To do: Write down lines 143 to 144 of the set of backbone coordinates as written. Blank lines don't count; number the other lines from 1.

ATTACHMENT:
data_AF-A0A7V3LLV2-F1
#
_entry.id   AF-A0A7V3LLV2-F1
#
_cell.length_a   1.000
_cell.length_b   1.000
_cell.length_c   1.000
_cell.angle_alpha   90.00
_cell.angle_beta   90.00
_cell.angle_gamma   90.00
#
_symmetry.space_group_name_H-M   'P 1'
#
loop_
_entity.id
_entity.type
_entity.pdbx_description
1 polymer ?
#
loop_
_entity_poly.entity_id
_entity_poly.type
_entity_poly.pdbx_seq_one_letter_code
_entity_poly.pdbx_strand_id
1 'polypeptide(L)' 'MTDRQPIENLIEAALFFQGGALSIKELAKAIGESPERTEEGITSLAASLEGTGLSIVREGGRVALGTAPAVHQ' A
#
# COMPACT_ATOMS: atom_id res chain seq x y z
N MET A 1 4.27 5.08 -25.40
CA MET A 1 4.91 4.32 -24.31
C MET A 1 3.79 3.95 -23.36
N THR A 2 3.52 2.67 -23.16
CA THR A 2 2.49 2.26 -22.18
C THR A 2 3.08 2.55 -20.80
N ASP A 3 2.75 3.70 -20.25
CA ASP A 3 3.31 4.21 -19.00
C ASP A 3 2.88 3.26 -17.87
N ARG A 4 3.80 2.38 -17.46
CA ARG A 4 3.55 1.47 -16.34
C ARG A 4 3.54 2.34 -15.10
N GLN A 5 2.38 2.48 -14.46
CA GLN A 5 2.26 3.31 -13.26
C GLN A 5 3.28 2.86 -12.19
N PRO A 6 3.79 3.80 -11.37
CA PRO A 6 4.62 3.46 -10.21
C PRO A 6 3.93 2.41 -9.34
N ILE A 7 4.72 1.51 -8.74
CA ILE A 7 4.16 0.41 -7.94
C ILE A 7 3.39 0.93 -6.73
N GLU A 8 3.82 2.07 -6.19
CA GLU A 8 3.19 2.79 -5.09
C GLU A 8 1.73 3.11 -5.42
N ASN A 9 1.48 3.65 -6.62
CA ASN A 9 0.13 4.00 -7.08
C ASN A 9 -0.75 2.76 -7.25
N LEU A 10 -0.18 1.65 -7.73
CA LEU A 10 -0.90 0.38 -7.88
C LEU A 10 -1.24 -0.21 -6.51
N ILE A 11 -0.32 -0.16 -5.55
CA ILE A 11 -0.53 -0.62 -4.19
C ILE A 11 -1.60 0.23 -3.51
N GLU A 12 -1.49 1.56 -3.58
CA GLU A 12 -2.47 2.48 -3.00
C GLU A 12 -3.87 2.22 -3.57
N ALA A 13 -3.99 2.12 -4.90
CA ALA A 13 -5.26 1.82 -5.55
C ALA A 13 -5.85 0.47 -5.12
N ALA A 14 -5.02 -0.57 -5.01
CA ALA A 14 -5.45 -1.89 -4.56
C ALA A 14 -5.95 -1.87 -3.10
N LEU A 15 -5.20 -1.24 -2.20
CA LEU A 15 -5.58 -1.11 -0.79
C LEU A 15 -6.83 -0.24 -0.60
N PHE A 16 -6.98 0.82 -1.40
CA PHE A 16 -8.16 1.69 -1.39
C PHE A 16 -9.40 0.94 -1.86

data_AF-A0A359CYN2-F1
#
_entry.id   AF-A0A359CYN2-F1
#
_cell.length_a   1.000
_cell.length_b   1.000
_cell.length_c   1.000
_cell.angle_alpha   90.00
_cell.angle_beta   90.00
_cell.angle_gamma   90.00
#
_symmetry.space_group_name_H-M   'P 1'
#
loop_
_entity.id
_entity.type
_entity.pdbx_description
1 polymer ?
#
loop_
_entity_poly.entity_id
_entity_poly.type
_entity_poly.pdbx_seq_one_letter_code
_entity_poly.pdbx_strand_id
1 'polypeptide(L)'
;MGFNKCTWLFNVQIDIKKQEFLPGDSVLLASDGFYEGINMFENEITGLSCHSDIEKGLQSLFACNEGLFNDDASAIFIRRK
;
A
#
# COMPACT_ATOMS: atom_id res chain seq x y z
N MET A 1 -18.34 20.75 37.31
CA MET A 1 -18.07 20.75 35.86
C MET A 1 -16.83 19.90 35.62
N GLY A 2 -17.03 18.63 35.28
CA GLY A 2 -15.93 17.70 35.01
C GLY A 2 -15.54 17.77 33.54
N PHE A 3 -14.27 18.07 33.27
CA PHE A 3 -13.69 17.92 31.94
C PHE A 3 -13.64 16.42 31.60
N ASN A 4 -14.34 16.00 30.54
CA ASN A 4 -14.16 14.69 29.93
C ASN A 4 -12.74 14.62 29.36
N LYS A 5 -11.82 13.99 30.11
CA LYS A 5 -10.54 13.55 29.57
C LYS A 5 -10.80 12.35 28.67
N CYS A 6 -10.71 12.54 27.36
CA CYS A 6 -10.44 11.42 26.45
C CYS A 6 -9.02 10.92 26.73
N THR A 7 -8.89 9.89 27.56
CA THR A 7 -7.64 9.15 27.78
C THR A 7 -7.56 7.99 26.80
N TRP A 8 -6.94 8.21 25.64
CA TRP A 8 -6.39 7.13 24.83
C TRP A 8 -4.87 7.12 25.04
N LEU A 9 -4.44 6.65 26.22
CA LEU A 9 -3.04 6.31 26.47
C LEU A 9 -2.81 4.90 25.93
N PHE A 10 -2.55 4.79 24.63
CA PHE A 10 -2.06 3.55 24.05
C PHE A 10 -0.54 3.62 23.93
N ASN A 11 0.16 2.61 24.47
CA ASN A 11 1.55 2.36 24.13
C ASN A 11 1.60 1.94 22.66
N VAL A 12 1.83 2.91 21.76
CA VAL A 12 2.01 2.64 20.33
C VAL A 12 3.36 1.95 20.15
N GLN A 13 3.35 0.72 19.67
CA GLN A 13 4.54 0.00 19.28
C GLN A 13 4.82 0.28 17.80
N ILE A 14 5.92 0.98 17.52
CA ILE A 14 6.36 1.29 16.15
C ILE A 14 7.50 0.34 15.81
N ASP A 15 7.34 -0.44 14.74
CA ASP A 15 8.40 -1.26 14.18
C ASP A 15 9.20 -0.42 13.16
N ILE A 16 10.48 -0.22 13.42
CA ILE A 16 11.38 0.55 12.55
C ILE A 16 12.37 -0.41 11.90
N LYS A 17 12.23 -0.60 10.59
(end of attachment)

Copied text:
CA GLN A 13 4.54 0.00 19.28
C GLN A 13 4.82 0.28 17.80